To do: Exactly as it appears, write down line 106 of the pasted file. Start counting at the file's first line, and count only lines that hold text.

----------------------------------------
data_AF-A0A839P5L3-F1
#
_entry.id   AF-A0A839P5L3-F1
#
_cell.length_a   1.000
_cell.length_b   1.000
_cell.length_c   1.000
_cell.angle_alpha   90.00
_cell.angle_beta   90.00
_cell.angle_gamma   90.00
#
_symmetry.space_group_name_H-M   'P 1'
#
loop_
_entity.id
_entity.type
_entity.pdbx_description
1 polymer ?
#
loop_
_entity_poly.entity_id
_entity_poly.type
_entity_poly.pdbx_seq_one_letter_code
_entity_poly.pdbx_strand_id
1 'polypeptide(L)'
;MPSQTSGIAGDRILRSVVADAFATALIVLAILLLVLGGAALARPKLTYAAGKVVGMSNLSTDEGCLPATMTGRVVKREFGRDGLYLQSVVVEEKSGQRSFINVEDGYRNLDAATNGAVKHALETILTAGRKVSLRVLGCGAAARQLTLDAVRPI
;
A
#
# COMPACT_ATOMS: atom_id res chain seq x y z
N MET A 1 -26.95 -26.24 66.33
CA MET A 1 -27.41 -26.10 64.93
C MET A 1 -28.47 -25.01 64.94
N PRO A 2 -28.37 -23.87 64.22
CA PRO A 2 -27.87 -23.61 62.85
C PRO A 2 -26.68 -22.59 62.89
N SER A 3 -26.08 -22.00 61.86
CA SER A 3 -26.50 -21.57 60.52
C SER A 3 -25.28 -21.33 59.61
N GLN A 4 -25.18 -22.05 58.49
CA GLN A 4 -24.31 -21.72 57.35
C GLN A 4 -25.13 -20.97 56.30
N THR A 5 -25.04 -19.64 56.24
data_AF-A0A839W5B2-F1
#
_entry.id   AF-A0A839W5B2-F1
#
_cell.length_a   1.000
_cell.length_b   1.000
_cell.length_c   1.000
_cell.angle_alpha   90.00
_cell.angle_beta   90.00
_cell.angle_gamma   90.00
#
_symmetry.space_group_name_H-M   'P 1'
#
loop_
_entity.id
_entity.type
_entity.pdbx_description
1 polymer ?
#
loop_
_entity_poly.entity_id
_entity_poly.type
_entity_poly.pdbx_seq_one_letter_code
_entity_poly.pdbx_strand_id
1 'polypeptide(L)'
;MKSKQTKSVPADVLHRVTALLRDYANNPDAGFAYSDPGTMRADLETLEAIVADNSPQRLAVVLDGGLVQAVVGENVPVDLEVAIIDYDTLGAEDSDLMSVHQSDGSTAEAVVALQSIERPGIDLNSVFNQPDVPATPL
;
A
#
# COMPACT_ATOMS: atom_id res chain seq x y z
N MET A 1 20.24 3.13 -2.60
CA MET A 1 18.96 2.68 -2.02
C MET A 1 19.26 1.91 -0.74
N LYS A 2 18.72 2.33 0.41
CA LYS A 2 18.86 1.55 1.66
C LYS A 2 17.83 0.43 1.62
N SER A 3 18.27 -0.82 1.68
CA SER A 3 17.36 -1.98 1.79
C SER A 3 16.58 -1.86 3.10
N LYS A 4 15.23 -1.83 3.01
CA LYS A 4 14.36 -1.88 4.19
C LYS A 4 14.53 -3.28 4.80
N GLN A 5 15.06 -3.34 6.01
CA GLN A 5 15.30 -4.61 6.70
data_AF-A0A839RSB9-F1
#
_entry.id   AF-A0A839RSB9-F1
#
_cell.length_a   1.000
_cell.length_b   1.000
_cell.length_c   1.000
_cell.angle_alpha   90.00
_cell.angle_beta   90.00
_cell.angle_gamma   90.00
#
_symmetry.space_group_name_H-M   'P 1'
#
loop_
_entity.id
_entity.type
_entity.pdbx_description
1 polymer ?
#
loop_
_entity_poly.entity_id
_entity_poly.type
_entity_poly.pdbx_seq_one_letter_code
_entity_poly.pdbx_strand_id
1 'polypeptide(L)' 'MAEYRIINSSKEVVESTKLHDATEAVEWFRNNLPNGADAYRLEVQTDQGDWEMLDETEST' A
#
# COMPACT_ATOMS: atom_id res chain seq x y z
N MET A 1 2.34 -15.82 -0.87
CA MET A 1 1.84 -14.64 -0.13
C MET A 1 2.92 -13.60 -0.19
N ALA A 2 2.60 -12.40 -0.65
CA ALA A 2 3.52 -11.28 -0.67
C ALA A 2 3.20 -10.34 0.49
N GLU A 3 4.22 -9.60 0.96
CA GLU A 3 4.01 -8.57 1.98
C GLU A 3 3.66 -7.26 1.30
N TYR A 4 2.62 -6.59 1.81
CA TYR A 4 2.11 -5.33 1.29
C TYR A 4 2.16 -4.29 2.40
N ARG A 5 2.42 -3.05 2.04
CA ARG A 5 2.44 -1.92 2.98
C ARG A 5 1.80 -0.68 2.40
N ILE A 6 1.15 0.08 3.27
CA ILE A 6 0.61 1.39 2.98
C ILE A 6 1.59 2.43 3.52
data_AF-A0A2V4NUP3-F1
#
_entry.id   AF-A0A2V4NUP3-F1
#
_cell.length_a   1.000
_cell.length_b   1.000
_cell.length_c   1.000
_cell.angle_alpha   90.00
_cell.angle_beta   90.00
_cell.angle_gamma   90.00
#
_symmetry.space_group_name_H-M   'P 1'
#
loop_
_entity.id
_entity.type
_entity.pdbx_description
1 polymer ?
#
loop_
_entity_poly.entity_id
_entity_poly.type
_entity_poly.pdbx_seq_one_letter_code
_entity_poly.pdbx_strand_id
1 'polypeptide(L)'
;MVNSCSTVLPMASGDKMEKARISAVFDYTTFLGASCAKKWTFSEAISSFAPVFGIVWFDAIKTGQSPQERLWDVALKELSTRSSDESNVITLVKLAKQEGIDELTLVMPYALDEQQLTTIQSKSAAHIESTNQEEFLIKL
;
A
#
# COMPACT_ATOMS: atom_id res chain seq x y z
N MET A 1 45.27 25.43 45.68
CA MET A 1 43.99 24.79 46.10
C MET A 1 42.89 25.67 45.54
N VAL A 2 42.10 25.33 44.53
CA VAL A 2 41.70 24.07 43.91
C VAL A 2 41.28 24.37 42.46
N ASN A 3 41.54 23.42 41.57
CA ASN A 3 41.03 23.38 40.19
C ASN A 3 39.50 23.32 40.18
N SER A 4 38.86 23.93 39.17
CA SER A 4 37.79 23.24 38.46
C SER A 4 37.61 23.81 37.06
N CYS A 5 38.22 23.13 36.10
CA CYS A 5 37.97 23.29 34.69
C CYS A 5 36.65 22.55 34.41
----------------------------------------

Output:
#